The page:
Where To Start With… Eels
Since 1996’s Beautiful Freak, the first album released under the name Eels, Mark Everett, sometimes known simply as E, has proved to be one the world’s most idiosyncratic and prolific songwriters. Prior to that 1996 debut, E had already released three albums under his own name and in the fifteen years that have passed since Beautiful Freak’s release, he has churned out ten studio albums under the Eels moniker, as well as one under the name MC Honky – 2002’s I Am The Messiah – as well as a soundtrack for Ed Solomon’s 2003 film Levity, six live albums and a couple of b-side collections, as well as a greatest hits. Nobody could accuse him of resting on his laurels, that’s for sure…
Next week, Eels release their eleventh studio album, The Cautionary Tales of Mark Oliver Everett, and despite the fact that the title makes it sound like a solo record, we are assured that the new record is very much a group effort. Never one to stick to a particular genre, whereas 2013’s Wonderful, Glorious featured crunchy, stomping rock ‘n’ roll numbers like ‘Kinda Fuzzy’, ‘Peach Blossom’ and ‘Stick Together’, this time around the mood is more subdued and introspective, with the raucous distorted guitars replaced for much of the album by an array of orchestral instrumentation which serves as a soothing juxtaposition to Everett’s highly personal and often barbarous lyrics.
While it does represent a shift downwards through the gears from the last album, it isn’t the first time Eels have gone all orchestral on us: 2006’s Eels with Strings was a live album on which the band performed stripped back, alternate versions of their hits, swapping out guitars and drums for violas, cellos and mandolins.
Highlights on the new record include the lilting ‘Mistakes of My Youth’ and bluegrass-tinged ‘Where I’m From’. If you’re a fan of the band you’ll probably want to add this to your collection when it arrives in the UK next week. For those who are new to Mark Everett’s work, we’ve picked out five highlights from Eels’ extensive back catalogue to get you started…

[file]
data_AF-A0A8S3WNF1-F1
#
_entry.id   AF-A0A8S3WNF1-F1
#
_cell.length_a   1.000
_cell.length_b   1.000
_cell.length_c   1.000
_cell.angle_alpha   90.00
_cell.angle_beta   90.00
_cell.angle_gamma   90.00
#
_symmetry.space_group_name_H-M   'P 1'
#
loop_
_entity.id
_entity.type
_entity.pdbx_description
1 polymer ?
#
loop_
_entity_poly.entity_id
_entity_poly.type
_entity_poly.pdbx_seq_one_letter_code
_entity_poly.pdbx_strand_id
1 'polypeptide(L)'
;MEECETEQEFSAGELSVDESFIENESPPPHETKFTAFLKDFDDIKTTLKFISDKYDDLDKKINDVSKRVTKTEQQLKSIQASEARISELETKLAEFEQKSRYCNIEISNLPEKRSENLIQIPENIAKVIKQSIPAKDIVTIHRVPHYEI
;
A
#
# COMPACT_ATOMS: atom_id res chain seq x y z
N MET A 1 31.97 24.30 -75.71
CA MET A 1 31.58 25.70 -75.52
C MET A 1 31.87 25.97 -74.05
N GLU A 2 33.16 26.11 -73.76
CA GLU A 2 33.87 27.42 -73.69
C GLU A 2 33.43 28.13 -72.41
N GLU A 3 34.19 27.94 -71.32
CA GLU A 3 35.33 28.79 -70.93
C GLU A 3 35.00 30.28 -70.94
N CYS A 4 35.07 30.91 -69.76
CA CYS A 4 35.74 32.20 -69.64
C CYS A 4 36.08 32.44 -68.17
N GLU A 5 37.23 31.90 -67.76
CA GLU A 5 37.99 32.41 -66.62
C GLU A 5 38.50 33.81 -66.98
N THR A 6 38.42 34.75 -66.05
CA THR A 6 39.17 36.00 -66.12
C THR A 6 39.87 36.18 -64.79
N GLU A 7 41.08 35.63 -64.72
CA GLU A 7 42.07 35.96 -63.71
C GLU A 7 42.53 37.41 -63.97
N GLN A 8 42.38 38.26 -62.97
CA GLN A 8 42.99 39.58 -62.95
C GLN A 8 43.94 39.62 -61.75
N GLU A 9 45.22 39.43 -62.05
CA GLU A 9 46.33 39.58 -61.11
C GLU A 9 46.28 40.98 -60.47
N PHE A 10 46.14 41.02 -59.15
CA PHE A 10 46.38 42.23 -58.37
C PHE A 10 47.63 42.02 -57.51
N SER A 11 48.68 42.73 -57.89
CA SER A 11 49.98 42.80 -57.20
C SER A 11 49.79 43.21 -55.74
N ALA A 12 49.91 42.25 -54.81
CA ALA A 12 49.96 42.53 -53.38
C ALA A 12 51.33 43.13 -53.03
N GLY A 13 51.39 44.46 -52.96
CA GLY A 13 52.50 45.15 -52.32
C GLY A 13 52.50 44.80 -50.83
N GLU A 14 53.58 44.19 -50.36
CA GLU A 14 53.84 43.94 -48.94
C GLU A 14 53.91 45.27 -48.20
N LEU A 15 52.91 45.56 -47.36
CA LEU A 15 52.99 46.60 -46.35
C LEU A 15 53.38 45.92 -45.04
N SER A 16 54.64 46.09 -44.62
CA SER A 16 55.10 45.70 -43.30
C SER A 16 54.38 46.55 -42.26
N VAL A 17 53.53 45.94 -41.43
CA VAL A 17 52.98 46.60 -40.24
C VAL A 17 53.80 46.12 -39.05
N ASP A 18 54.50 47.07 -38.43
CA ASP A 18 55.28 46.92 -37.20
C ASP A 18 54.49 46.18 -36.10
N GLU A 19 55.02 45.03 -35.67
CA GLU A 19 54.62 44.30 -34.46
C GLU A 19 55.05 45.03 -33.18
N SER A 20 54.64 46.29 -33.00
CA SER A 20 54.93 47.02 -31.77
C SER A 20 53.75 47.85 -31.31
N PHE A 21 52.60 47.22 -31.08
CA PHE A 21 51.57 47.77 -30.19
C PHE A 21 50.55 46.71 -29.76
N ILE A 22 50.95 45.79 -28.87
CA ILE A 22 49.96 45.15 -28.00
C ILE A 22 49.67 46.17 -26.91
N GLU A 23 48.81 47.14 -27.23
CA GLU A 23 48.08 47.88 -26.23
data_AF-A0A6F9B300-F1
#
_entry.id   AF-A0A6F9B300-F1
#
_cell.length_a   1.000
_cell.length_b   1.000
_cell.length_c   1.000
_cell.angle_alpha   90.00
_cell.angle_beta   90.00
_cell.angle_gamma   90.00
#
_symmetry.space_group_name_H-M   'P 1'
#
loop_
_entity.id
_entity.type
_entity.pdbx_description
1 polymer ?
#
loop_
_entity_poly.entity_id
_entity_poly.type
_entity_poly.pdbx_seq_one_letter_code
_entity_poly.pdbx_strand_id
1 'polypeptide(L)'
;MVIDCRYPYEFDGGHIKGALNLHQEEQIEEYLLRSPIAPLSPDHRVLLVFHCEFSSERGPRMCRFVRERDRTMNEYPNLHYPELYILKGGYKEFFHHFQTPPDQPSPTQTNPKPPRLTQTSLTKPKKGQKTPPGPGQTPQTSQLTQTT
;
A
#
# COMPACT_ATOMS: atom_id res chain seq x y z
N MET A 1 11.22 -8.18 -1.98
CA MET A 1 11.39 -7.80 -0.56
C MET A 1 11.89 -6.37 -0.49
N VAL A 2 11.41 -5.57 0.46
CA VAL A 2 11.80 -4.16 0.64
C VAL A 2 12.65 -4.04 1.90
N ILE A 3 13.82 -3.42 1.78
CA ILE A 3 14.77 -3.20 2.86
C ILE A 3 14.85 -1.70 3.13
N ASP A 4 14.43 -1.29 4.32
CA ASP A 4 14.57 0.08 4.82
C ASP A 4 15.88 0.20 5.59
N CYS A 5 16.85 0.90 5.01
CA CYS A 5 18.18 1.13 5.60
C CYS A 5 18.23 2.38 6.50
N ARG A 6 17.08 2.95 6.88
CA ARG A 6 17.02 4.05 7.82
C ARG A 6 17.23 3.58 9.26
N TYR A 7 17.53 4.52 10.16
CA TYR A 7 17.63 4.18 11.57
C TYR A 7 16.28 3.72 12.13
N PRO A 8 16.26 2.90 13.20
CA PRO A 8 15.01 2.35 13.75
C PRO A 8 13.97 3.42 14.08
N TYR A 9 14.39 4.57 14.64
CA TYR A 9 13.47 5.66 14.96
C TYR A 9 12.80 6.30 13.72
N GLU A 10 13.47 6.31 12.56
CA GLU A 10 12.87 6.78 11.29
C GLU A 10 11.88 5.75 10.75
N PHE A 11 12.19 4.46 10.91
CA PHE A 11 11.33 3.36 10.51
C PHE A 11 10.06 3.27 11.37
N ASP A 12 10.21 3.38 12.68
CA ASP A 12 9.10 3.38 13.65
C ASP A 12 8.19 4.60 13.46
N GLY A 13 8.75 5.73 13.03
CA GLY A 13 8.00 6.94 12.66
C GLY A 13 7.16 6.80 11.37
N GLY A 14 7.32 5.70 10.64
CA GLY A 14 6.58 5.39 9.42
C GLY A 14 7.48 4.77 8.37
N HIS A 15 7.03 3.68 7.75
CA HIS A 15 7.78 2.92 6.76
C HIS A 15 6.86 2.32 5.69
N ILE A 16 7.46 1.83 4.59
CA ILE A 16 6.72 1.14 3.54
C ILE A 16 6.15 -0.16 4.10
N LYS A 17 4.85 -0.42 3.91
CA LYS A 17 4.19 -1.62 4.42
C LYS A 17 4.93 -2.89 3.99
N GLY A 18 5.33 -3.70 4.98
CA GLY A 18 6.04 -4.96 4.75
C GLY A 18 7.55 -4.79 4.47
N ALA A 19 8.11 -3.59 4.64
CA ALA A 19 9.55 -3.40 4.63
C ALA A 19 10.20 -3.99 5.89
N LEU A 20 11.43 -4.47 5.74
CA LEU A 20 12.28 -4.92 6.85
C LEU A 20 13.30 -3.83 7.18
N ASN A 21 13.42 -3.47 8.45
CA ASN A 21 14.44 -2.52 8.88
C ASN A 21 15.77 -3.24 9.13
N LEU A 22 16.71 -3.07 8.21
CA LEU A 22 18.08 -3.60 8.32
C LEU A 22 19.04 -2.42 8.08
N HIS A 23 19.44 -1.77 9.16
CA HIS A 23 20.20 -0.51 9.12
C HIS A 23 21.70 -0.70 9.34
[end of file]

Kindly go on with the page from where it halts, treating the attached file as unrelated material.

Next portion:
(click the links below to find the albums in our download store. You can also view Eels' artist page here)
Novocaine for the Soul
(from Beautiful Freak)
The song that launched the Eels to fame, this little gem was the lead single from debut album Beautiful Freak and kicks off with a twinkling, music-box melody over a scratchy, crackling swing beat, wrong-footing the listener before suddenly launching into that soaring falsetto hook. As an introduction E’s style of lyric writing, this track pretty much spells it out from the get-go: with lyrics like “Life is white, and I am black / Jesus and his lawyer are coming back”. Still one of their best moments all these years later.
Cancer for the Cure
(from Electro-Shock Blues)
Taken from their sophomore effort, 1998’s Electro-Shock Blues, this track features a gnarly, proto-surf bassline underpinning some eerie theremin-style whistling until the chorus kicks in, somebody stamps on a distortion pedal and all breaks loose when a bluesy Hammond organ enters the fray. Add in some of E’s vocals and a pounding backbeat and it all adds up to Eels at their lo-fi, brilliant best.
Mr. E’s Beautiful Blues
(from Daisies of the Galaxy )
Eels have a habit of writing intros that sound nothing like the rest of the song and for the first 20 seconds of this cut from 2000’s Daisies of the Galaxy you could be forgiven for thinking your radio is on the blink, picking up nothing but static and the distant strains of what sounds like the overture to a Satrurday matinee, then suddenly we’re off and E’s singing about being happy, of all things: “Goddamn right, it’s a beautiful day”. Uh-huh indeed.
If You See Natalie
(from Blinking Lights and Other Revelations)
This gentle, piano-led ballad manages to conjure up images of The Beatles and Disney’s adaptation of Mary Poppins as E sings a message of support to a friend on this track taken from 2005’s Blinking Lights and Other Revelations. We’ve included this as a rare downbeat moment on an otherwise fairly upbeat list, but it’s by no means the only time Eels get a little melancholy, in fact it seems something of a specialism, but this heartfelt ditty is a great example of how the band can do delicate and beautiful just as well as they do fuzzy and noisy.
One of the happiest sounding tracks we’ve ever heard from Eels, and for that reason it’s also one of our favourites. Taken from 2003’s Shootenanny, its positively bouncing drumbeat backs up a jangling guitar riff, before giving way to a gorgeous falsetto hookline that can’t fail to put you in a good mood. If ever a song had a title that was a perfect match for the feeling its music creates, this is it.